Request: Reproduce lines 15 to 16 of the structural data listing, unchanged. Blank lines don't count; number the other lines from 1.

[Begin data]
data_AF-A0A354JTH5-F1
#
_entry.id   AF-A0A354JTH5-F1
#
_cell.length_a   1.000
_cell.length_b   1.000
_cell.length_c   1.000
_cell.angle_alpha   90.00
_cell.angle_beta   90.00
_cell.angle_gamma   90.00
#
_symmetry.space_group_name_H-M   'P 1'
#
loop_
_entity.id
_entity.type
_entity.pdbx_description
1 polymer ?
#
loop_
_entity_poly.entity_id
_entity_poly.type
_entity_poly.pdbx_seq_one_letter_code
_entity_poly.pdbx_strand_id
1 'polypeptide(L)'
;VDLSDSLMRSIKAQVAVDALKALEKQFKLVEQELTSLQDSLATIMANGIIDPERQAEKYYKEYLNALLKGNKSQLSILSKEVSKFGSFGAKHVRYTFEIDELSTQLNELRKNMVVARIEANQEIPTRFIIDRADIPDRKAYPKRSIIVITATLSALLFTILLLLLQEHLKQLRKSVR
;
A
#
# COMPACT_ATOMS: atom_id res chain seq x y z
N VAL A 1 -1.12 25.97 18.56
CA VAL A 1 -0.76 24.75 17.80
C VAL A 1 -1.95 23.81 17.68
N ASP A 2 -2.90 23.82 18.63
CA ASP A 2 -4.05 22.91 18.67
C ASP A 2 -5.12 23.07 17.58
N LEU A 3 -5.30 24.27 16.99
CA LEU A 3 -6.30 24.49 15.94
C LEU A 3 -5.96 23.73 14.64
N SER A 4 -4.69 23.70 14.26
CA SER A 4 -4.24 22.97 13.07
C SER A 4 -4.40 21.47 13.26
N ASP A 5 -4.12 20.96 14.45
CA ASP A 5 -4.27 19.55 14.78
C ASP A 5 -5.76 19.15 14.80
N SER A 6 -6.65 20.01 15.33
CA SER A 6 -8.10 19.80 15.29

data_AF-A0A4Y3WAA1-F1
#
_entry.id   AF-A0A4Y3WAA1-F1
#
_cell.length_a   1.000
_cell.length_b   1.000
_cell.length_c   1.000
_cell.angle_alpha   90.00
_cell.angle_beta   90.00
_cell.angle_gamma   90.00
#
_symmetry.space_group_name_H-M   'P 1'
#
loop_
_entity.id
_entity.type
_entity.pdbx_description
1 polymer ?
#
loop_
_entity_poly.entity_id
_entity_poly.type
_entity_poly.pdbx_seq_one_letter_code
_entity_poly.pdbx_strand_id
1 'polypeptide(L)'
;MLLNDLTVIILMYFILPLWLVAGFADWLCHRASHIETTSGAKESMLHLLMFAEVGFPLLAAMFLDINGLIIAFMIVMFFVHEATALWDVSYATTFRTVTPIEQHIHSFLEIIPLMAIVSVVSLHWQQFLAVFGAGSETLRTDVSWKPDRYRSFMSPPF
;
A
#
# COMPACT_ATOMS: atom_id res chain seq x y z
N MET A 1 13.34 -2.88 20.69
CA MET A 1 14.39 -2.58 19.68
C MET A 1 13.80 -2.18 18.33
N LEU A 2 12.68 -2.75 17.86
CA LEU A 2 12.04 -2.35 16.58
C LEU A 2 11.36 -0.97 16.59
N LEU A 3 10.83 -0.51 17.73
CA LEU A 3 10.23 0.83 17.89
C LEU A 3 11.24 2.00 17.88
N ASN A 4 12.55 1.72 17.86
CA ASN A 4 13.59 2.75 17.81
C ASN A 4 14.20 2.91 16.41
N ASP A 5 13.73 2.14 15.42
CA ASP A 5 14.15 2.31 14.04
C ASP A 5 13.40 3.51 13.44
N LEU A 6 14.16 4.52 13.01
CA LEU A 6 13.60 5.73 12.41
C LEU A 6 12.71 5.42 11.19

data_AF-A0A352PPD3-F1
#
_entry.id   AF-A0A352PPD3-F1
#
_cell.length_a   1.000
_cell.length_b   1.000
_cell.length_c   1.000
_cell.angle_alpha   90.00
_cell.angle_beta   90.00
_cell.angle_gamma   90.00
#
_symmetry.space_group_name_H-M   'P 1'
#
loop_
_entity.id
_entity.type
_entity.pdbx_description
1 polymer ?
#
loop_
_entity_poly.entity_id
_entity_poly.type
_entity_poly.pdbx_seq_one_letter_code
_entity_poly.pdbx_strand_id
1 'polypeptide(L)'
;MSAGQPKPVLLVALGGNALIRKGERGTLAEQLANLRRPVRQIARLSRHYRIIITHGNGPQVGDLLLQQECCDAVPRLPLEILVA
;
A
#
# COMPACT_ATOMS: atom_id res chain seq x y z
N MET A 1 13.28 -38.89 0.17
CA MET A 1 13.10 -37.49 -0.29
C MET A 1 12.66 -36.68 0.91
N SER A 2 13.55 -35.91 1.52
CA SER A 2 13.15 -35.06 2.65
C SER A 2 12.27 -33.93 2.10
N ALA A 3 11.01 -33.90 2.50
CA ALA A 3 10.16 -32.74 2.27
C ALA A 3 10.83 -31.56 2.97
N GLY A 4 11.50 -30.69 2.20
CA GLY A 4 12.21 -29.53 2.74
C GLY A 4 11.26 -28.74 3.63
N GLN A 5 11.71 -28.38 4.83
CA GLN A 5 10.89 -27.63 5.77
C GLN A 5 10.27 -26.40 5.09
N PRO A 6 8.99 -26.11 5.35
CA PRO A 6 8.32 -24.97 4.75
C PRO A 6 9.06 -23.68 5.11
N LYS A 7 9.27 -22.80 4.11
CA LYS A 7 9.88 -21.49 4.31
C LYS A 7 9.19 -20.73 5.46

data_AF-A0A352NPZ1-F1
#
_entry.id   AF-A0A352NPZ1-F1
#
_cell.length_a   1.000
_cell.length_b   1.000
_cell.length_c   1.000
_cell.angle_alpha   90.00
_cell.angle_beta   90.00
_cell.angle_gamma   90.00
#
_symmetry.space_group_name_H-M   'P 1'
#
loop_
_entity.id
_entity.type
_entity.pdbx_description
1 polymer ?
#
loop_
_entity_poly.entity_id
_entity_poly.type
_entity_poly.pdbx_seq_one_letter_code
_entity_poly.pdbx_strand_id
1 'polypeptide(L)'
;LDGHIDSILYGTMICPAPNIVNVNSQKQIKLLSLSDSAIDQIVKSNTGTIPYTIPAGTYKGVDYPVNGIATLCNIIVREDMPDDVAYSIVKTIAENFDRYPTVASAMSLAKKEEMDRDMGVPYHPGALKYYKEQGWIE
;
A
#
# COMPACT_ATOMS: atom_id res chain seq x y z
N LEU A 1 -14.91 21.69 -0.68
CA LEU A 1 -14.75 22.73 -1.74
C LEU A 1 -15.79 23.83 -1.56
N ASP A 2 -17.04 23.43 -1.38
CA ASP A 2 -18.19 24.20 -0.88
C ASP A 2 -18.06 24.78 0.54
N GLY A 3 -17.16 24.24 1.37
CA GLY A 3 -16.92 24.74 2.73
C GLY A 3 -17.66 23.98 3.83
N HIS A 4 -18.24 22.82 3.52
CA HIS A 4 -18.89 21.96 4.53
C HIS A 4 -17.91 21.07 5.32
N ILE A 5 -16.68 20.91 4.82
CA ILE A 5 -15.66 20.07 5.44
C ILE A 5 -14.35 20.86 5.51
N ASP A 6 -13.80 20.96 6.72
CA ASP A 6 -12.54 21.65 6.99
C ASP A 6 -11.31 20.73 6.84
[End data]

_entity.id
_entity.type